Today I will focus on another Greek shipping company, this time in the field of oil transport. I’m talking about Tsakos Energy Navigation Limited (New York Stock Exchange: TNP), a company that currently owns a total of 65 ships of different types. In the following paragraphs, I will provide an overview of the company and name the most important reasons why I like this title, as well as some negative points that I consider important.
Size and type of fleet
As I mentioned in the introduction, Tsakos Energy Navigation has invested in a variety of vessel types, ranging from VLCCs to Handysizes and LNG carriers. In the graph below, we can see that most of the company’s vessels fall into the Aframax and Suezmax categories, followed by Panamax.
The data does not include the newly delivered LNG vessel, which is currently chartered on a 5-year contract, with expected minimum gross revenues of $100 million. In addition to this, the company expects one DP shuttle to be delivered in the second quarter of 2022 and four other dual-fuel LNG vessels delivered in the second half of 2023.
The company’s fleet represents a total of 7.3 million DWT, mainly made up of the Aframax and Suezmax segments. The average age of the company’s fleet is 11.7 years. In recent years, the company has sold some of its older vessels and entered into agreements to purchase new LNG vessels, in an effort to gain exposure to the currently strong LNG market. Additionally, the company completed the dry-docking of a significant portion of its fleet last year, making it ready to exploit favorable oil market conditions when they arrive. Finally, the company’s two VLCCs are designated “eco” and the same goes for 9 of the company’s Aframaxes.
Spot market vs time charters
Tsakos Energy Navigation seems to prefer time charters over spot markets, which I personally like. Specifically, 55% of the company’s fleet is time chartered, representing 60% of the total fleet tonnage. A few weeks ago, they announced the extension of the time charter contract for two Panamaxes for a period of 24 months, with gross proceeds of $25 million. In their Q3 2021 earnings report, we can see that the average daily time charter rate reached $15.7k for the three months and $17.1k for the nine months.
The company has not released more recent information on the subject. However, we can see from the table below that tanker time charter rates exceed the previously mentioned rates. This points to an even better quarter for time charters.
This is particularly important given that, according to the company, for every $1,000 increase in the time charter rate per day, the company’s annual EPS increases by $0.48. The company hasn’t disclosed information on the average length of their time-lease, which would be nice. For example, in my article on Dianna Shipping (DSX), which is a company operating in the dry bulk segment but only engaged in time charters, I indicated that the company should now perform better, due to the expiry of many time charter contracts in the short term.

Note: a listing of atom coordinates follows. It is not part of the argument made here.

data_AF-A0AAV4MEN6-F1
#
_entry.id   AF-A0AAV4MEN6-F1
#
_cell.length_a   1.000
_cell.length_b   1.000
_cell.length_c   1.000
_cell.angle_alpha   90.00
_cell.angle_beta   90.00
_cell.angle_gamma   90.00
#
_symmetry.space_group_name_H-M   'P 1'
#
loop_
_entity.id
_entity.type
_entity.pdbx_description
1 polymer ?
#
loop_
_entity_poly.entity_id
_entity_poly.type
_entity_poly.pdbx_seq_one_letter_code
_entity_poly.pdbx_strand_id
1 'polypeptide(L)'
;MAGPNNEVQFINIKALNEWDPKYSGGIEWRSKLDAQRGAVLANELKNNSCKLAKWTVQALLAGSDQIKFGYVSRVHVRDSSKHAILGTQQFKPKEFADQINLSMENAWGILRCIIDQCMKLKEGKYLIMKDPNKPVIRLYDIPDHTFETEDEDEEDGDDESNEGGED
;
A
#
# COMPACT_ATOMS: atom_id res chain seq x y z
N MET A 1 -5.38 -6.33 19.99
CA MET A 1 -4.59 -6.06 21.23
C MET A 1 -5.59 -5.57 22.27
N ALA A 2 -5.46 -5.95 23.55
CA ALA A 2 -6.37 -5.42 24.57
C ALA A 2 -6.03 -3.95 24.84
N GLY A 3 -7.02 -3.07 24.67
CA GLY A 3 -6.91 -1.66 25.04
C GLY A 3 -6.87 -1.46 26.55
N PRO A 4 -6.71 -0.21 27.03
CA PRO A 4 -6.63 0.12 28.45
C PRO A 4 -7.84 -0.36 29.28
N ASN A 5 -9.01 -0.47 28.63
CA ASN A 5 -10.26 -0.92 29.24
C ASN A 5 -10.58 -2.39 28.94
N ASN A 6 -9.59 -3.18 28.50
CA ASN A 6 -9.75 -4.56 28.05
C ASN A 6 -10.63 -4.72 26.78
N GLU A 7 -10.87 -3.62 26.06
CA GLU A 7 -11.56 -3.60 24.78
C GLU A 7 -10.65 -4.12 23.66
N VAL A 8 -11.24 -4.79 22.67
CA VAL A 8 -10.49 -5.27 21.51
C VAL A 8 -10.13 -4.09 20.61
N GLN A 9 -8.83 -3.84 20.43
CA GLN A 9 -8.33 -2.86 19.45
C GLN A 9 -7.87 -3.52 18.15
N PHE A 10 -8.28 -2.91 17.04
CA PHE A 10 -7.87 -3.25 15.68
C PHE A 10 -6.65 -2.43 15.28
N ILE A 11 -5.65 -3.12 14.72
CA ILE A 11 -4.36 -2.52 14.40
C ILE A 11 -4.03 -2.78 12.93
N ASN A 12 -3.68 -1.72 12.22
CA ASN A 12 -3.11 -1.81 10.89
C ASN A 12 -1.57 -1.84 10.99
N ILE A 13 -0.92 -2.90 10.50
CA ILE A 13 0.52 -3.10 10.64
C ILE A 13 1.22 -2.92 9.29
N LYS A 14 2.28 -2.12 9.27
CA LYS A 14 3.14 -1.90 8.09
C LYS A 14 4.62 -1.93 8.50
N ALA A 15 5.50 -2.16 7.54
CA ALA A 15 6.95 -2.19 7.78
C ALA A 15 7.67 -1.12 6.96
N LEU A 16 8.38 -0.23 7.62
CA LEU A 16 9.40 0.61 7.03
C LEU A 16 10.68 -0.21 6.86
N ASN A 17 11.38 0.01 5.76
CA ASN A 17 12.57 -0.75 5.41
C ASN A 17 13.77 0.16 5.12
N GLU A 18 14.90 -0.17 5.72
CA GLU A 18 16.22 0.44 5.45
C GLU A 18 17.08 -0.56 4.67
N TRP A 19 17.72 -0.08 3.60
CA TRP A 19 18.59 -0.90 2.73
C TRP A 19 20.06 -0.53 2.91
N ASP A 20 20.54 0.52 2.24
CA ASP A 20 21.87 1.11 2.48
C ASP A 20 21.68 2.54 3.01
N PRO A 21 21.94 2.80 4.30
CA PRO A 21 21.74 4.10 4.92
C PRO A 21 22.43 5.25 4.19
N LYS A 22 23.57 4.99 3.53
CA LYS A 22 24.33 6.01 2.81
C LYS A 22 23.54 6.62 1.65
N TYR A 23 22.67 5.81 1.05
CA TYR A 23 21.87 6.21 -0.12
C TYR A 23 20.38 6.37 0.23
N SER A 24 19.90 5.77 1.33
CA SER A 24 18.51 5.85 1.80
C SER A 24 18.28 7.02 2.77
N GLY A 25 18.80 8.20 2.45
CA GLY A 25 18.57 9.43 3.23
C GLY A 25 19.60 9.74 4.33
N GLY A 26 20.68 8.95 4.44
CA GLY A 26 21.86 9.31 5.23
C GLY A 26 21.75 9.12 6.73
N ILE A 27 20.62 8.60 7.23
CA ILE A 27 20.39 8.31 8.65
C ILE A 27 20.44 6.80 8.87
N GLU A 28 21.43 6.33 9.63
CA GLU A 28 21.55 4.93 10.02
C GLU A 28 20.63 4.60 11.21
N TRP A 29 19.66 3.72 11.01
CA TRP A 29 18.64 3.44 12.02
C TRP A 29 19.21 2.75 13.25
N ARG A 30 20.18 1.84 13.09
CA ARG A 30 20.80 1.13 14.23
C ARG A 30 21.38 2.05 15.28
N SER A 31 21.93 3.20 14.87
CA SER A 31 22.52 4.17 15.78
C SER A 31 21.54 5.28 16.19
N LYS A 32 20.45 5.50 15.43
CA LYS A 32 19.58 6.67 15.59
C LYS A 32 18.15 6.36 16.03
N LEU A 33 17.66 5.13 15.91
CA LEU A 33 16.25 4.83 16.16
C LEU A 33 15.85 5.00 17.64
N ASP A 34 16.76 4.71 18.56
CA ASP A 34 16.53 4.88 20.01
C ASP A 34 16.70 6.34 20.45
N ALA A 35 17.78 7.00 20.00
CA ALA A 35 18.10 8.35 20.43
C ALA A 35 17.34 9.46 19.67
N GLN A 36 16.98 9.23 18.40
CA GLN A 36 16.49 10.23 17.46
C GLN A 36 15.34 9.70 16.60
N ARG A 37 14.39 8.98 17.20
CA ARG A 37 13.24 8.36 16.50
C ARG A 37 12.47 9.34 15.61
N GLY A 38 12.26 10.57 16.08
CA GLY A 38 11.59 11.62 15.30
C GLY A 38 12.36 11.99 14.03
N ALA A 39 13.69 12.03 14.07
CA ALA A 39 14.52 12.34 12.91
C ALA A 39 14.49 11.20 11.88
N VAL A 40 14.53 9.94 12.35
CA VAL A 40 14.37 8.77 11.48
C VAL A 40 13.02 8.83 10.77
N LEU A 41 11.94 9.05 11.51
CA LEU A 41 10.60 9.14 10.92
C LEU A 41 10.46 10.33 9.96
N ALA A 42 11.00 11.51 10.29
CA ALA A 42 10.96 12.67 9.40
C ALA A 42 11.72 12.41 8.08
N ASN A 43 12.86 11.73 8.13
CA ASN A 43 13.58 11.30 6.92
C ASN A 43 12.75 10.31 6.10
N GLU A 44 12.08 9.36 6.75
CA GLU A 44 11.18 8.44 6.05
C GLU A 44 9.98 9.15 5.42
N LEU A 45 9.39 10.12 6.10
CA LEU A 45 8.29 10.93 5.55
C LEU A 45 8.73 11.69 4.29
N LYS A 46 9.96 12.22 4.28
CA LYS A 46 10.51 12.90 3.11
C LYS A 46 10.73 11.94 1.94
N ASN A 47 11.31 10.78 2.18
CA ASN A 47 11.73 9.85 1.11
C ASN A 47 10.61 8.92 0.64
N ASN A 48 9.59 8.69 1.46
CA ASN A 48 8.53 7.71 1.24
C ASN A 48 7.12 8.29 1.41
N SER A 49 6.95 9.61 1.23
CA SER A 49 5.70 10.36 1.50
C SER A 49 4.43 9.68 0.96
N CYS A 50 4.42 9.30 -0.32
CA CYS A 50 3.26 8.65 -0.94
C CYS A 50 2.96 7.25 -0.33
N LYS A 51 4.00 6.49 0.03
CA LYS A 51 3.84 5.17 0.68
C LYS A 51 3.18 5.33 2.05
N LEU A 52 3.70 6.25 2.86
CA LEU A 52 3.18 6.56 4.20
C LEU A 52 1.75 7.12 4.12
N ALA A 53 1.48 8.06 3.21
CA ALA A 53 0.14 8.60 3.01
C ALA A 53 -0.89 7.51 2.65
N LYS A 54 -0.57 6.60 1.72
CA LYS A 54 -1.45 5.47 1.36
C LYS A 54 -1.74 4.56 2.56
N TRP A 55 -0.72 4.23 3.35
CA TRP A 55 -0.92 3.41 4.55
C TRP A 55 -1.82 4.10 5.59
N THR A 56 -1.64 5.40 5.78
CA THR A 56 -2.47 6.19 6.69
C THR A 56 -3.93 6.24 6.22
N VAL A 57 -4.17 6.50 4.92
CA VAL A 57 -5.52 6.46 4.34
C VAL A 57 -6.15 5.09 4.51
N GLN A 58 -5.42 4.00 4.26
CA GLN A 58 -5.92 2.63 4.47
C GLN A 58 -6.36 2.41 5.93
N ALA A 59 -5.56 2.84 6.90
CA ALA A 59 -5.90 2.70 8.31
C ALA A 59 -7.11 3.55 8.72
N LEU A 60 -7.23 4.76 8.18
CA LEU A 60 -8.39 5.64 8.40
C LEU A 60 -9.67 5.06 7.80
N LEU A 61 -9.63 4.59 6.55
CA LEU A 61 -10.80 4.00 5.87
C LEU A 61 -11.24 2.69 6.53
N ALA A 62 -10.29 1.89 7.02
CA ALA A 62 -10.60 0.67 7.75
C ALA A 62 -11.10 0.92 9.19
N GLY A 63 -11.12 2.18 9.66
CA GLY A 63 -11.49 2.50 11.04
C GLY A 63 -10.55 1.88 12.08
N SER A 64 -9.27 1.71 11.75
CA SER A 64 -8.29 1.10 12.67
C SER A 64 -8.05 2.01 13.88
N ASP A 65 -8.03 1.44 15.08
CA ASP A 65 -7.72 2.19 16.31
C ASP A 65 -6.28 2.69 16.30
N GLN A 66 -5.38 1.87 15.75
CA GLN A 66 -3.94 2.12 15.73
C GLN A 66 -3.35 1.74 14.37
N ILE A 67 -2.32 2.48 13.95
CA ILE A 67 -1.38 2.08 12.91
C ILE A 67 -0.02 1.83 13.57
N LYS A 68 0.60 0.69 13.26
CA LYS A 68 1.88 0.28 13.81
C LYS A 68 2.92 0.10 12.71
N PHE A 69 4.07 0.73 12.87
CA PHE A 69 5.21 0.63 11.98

However, let’s not forget the company’s LNG footprint. Although still a baby, he has the ability to change the game, given the recent conflict between Ukraine and Russia and its implications. For the most part, Europe depends on Russian natural gas, which it seems is no longer an option, at least for a while. The gap was almost immediately closed by the United States declaring that it will supply much needed LNG to Europe. You don’t need a Nobel Prize in economics to understand the implications of such a policy.
As I wrote earlier, the company expects $100 million in gross revenue from its newly delivered LNG vessel, over a 5-year period. Such a figure corresponds to a gross daily rate of $55.5K. The recently delivered vessel is an XDF dual fuel vessel. As we can see in the table below, LNG spot rates for dual-fuel XDF vessels have reached the ballpark of $80,000 per day. Since long-term charter contracts are generally less volatile and therefore less risky than spot prices, this rate of $55,500 per day seems reasonable.
Like all shippers, Tsakos Energy Navigation uses leverage to maintain and grow its operations, in different market conditions. According to the latest available data, the company has a net debt to equity ratio of 48.6%, having repaid nearly $500 million in debt over the past 5 years. In fact, current debt levels are the second lowest, with the lowest seen in 2012.
Last October, the company proposed a change to its stock offering program, including a common and preferred stock offering worth up to $100 million. The company has moved to a 1 to 5 share consolidation in 2020. It seems that over the past 4 years, Tsakos Energy Navigation has issued approximately 1 million common shares per year (taking into account the consolidation of shares), i.e. approximately 4%-5% of the total number of shares. This, in my opinion, is a significant negative for the company. This serial dilution is offset to some extent by the existing dividend yield of 4.3%.
At the end of the line
Tsakos Energy Navigation is a company that is trying to differentiate its revenue stream and take advantage of the new perspectives that have emerged in the LNG sector. Despite the fact that the company has diluted its shareholders in the recent past, the differentiation of revenue streams gives the company an advantage by offering above average returns. Although there is no data available on when their next charter will expire, we can expect the company to provide less lucrative, but more stable returns, should oil market fundamentals turn around. improve.